Monday, May 23, 2016

The President Travels

For John, BLUFThe trip is fine, but the facts need to be straight.  Nothing to see here; just move along.

The President is trying to do good, as he sees it.  Mr Edward-Issac Dovere, of Politico, examines it.

"Obama's 'apology' complex"

Here is the sub-headline:

Why this president sees himself as a force for confronting complicated truths about the past.
And here is the lede plus two:
Seven years after kicking off his presidency with a famous speech in Cairo reaching out to the Arab world, but that skipped Israel, Barack Obama is about to bookend it with one of his last big trips on Air Force One, landing first here in Vietnam before going on to Hiroshima, Japan.

Obama’s critics call stops like this an apology tour. He and his White House aides call it “reckoning with history.” Some prefer “coming to grips with history.”

These trips are deliberate, ordered up by a president whose foreign policy has been shaped by a sense of himself as a catalyst forcing the world to deal with the past in order to deal with the future, according to current and former officials close to the president. He’s going to Vietnam to deal with China, and he’s going to Hiroshima to deal with North Korea.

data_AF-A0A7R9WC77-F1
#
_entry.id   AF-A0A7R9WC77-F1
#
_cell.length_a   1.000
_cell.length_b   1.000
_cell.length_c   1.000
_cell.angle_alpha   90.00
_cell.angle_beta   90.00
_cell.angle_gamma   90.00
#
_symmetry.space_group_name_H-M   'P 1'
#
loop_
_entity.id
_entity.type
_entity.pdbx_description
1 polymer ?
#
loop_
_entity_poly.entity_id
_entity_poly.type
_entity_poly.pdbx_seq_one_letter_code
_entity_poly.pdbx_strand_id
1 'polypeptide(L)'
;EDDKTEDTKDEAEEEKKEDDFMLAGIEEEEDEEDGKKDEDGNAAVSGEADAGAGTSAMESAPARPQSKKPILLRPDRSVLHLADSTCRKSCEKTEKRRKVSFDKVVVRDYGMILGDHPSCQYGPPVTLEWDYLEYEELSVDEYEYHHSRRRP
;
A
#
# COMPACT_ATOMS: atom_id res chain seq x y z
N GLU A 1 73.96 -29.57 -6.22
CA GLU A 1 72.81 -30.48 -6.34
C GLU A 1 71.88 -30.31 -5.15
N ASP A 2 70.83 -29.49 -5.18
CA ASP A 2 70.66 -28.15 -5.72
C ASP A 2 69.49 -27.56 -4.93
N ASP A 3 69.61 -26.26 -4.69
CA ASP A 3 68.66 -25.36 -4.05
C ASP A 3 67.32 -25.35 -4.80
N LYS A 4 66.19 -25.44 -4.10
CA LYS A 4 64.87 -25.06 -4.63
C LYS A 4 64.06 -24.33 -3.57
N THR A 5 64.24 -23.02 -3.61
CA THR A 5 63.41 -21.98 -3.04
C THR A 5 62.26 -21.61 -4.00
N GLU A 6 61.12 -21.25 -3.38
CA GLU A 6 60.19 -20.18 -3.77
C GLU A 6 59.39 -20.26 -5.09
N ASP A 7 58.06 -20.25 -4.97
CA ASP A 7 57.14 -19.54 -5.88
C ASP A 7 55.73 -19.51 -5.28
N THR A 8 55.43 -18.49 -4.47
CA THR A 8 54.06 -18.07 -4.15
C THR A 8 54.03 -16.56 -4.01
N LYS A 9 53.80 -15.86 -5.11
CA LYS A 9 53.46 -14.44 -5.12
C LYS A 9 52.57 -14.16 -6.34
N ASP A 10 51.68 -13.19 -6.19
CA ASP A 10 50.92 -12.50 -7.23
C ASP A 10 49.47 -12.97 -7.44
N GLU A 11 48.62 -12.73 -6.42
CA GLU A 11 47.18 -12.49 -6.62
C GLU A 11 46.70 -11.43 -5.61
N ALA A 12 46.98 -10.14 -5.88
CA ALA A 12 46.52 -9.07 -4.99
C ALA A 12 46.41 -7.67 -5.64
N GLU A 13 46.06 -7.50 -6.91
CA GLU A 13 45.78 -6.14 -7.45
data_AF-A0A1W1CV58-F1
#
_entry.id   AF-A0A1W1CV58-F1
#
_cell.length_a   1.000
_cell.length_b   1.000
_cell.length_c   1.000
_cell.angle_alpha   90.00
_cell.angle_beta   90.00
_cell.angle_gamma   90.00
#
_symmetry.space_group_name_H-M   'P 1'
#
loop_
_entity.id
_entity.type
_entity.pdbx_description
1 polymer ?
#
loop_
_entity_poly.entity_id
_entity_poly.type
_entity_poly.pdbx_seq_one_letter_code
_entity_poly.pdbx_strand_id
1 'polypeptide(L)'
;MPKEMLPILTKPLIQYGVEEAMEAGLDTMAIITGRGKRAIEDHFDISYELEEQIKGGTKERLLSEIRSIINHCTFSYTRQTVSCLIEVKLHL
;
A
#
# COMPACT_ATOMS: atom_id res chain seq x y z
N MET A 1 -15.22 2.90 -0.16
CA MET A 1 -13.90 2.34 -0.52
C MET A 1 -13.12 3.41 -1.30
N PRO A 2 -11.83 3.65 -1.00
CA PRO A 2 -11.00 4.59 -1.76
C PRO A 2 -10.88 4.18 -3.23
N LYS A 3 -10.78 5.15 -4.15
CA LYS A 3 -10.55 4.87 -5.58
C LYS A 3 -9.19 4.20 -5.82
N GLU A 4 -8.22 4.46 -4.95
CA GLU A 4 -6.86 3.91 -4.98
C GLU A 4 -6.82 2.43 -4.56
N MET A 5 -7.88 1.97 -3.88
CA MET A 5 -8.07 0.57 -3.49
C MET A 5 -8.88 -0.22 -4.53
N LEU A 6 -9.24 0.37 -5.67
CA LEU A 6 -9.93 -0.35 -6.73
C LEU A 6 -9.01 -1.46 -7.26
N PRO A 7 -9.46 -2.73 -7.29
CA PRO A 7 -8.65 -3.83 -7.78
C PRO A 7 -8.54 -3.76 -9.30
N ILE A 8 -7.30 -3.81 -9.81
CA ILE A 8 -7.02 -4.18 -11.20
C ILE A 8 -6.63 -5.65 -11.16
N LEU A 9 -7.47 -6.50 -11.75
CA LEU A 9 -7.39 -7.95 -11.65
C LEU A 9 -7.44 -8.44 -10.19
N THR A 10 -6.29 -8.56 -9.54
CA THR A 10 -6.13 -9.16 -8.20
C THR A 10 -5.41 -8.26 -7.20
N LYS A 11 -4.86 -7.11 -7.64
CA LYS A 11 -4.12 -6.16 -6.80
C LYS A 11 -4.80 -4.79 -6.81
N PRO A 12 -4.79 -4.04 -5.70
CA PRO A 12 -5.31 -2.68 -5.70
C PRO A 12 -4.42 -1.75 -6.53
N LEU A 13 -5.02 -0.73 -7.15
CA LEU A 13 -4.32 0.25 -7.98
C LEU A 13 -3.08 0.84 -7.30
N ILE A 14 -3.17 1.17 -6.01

Then we get down to this paragraph.
That’s why South Korea, though not part of Obama’s itinerary or meetings, is cheering the Hiroshima visit — not because he might stop by the cenotaph at the site to mark the estimated 45,000 Koreans who were among the 400,000 killed as the Enola Gay flew away, but in the hopes Obama’s visit will be what a South Korean official expressed hope would be “a signal to North Korea against its nuclear ambitions.”
400,000 killed in the initial blast?

As the event fades into the past "Little Boy" becomes more and more powerful.

The reality is that 70,000 to 80,000 were killed outright by the bomb.  This is the commonly accepted number and the author is just plain wrong.  And the Politico Fact Checkers asleep.

The strikes on Hiroshima and Nagasaki were horrendous events, but let us not make them worse than they were.  It is likely they saved a lot of Japanese lives, both military and civilian.

Regards  —  Cliff

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